Thursday, September 5, 2019
A new study overrules past suggestions that poorer, tropical nations will lose more GDP to the impacts of climate change
- Analysis of 45 nations’ climate coverage suggests that rich nations focus locally, poorer ones globally; nationalism may boost this trend.
- Reducing land degradation will provide immediate and long-term benefits to communities and support multiple sustainable development goals.
- Climate change will lift net-food-exporting regions’ terms of trade, notably the Americas and Oceania; net importers will bear the cost.
- Four of the five highest impact risks and the three likeliest in the World Economic Forum’s annual global risks report are environmental.
A report released last month, which models 174 nations from 1960-2014, suggests that the world will be 2.5% poorer by 2050 unless efforts to meet the Paris agreement surge. Campaigns to attract funding to poor nations have helped to publicise studies suggesting that these countries, especially tropical ones, are at higher risk but importantly, this research shows that colder, richer, higher carbon-emitting economies will be as badly affected.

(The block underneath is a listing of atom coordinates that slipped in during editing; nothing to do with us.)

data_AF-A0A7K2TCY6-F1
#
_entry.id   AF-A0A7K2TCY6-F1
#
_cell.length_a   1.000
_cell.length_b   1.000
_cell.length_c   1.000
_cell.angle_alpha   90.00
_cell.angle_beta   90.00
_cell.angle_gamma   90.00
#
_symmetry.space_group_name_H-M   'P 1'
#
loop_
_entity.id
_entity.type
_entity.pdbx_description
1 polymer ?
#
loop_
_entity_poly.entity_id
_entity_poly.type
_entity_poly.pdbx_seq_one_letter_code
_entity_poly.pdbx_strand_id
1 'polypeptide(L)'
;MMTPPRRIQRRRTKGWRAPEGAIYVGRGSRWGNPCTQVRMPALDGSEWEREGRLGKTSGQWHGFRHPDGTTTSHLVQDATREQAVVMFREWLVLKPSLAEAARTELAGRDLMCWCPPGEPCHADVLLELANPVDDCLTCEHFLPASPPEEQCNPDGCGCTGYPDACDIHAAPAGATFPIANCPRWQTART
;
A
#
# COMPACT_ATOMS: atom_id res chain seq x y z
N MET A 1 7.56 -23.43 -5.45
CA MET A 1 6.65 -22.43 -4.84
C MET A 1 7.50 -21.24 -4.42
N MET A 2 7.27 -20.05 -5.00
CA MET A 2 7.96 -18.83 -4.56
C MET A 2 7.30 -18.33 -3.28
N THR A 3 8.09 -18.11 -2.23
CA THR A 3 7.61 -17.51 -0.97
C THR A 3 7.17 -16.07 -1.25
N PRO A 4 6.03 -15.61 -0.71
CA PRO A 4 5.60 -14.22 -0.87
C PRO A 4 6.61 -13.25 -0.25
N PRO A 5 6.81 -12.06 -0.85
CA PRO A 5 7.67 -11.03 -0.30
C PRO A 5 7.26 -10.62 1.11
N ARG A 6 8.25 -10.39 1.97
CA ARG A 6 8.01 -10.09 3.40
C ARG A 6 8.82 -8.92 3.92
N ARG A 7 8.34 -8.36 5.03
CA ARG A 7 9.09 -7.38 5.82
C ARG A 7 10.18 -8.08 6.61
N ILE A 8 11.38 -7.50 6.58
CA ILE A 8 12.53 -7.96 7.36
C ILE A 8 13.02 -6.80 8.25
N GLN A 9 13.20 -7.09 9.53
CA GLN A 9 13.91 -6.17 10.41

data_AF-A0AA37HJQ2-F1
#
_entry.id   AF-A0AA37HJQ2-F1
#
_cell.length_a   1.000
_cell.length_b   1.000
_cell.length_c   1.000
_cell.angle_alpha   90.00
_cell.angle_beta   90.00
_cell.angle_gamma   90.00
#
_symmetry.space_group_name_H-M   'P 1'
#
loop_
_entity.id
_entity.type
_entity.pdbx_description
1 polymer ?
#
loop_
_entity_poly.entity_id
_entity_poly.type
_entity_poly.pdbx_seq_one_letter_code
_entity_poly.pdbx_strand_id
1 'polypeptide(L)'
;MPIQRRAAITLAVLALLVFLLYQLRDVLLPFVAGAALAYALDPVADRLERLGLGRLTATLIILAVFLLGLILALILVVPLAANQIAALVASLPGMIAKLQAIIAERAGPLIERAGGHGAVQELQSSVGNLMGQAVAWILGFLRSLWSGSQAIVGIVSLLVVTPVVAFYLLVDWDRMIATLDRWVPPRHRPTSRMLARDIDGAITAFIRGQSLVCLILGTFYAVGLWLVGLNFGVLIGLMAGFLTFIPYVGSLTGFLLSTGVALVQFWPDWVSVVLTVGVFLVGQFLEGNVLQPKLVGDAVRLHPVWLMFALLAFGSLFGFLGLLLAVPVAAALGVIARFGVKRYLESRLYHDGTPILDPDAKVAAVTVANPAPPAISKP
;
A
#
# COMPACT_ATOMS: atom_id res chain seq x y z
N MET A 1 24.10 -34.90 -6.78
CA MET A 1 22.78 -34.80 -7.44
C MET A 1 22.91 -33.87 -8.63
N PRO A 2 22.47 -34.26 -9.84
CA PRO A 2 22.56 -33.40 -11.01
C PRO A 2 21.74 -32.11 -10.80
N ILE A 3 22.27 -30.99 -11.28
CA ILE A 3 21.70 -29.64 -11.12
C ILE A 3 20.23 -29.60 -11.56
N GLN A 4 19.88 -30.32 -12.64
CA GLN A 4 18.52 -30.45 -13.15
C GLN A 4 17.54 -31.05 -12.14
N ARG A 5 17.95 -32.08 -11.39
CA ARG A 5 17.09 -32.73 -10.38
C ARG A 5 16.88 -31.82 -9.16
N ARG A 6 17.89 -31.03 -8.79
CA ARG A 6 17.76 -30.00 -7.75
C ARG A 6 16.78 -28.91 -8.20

The model examines the impact on investment and labour productivity, expanding on models which focused on temperature variation affecting supply factors including agricultural yields. However, far less GDP will be lost if this inspires countries, especially high-income ones, to invest more in meeting Paris targets.
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